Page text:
Install and maintain anti-predator systems around aquaculture that prevent entanglement of reptiles
Overall effectiveness category No evidence found (no assessment)
Number of studies: 0
Background information and definitions
Marine aquaculture (mariculture) includes the breeding, rearing, and harvesting of ocean-based aquatic plants and animals in ocean-based cages or spat lines. Marine aquaculture produces many of the shellfish (e.g. oysters, clams, mussels), prawn and shrimp, as well as salmon (Salmonidae spp.) and other marine fish consumed by humans. Leatherback turtles Dermochelys coriacea are known to have become entangled in mussel farm lines and spat lines in Canada resulting in fatalities and with the anchoring line of a mussel farm in the North Atlantic (Price et al. 2016). Lines made of stiff material have been proposed to prevent entanglement (Price & Morris 2013). Interventions to reduce bycatch in marine fishing nets are discussed in Threat: Biological resource use.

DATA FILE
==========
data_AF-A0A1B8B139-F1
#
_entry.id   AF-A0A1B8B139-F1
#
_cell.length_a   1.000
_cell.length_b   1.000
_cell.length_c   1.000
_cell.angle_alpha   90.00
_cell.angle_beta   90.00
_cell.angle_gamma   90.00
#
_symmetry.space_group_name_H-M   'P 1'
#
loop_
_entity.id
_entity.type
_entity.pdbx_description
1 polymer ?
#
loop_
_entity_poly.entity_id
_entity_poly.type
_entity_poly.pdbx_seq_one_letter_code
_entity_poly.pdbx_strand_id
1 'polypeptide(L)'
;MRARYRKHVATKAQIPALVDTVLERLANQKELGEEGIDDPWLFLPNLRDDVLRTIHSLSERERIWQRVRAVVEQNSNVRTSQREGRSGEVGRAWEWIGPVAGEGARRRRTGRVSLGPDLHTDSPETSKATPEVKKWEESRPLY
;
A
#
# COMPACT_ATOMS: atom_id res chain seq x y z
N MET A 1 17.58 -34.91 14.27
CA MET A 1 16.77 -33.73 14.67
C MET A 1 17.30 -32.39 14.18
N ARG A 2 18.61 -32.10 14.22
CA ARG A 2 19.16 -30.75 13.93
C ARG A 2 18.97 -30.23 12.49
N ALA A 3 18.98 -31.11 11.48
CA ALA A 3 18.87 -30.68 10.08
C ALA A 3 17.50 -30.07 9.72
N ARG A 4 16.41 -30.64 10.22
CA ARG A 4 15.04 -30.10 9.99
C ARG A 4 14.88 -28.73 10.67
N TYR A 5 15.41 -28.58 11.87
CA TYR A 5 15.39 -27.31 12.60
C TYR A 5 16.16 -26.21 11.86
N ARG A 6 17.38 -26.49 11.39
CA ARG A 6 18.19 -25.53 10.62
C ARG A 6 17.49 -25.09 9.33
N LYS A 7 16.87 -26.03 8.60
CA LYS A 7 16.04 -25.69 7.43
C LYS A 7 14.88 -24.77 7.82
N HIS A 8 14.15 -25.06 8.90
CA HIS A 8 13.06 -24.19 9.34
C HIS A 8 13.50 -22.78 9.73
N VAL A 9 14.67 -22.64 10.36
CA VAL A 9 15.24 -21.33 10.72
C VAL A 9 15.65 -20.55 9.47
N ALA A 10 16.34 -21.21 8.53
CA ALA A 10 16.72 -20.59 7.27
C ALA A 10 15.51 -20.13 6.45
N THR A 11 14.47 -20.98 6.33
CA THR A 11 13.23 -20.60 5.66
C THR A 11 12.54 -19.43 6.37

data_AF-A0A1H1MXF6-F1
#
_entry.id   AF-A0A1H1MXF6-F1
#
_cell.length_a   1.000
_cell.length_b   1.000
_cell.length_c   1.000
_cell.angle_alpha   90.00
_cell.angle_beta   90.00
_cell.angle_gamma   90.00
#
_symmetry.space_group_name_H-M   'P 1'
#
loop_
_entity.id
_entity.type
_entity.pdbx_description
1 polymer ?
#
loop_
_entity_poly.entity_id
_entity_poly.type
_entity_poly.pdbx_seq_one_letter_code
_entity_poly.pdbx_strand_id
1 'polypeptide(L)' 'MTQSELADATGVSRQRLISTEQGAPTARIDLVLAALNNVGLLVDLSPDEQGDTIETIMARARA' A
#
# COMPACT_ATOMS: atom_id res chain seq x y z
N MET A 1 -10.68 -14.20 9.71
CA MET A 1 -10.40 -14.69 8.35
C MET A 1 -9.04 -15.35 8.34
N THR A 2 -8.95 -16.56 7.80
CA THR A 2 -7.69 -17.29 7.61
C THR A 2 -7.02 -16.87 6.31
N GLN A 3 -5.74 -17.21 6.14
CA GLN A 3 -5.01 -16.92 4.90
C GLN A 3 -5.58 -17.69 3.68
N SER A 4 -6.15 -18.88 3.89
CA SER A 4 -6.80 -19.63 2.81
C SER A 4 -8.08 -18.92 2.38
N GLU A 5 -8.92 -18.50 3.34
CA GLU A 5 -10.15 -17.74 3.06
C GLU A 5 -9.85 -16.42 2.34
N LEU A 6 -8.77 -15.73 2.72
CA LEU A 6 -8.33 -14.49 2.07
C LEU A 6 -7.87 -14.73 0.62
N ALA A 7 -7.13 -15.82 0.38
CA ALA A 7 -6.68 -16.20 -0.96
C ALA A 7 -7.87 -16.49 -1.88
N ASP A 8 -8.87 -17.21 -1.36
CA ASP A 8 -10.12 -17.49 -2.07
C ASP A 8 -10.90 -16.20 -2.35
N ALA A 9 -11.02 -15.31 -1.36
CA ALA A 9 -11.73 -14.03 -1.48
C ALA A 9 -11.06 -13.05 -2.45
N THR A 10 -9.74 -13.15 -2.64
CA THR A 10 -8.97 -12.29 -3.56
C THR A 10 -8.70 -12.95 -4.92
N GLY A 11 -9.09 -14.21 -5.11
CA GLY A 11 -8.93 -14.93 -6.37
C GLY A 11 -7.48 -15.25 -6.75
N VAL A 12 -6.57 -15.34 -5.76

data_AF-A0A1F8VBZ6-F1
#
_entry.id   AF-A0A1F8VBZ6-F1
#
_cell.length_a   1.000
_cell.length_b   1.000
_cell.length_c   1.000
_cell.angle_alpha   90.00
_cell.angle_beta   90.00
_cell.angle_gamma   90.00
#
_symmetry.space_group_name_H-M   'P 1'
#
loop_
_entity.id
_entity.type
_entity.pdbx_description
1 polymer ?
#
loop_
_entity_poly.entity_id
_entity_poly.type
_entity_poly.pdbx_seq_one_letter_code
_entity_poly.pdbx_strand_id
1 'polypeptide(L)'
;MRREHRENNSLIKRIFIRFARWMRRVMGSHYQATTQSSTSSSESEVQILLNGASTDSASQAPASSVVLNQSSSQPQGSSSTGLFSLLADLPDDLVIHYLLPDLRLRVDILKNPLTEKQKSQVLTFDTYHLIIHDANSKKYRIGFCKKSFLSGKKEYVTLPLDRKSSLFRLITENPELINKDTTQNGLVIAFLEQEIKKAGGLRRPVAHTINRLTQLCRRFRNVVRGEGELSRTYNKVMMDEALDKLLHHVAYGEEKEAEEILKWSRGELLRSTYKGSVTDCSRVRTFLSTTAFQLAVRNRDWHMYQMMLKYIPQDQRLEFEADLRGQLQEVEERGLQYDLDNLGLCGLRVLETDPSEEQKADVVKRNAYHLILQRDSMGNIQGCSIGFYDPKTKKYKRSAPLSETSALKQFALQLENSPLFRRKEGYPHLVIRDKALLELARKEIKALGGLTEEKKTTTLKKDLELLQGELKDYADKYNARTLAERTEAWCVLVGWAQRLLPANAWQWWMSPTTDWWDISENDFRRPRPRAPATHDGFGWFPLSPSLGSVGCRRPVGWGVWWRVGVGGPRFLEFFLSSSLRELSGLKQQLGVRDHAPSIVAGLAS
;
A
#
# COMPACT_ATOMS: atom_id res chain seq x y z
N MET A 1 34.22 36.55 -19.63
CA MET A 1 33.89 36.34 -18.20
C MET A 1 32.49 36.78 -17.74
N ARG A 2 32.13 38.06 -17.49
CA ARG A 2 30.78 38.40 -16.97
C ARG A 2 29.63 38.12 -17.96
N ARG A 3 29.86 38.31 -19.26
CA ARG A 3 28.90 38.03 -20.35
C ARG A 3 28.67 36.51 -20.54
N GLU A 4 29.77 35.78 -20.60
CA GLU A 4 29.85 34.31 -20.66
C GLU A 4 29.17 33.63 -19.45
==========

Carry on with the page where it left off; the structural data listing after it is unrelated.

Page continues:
Freshwater aquaculture involves the breeding, rearing and harvesting of freshwater species in ponds. Freshwater aquaculture is used to produce commercial quantities of freshwater crayfish, prawns, turtles and fish (e.g. carp and trout). As with marine aquaculture, there is little documented evidence of how reptiles interact with these freshwater fish farms, although freshwater turtles undoubtedly compete with fish for food in these systems. Interventions to reduce bycatch in freshwater fishing nets are discussed in Threat: Biological resource use.
Price C.S. & Morris J.A. (2013) Marine cage culture and the environment: twenty-first century science informing a sustainable industry. NOAA Technical Memorandum NOS NCCOS 164.
Price C.S., Keane E., Morin D., Vaccaro C., Bean D. & Morris Jr J.A. (2016) Protected species and longline mussel aquaculture interactions. NOAA Technical Memorandum NOS NCCOS 211.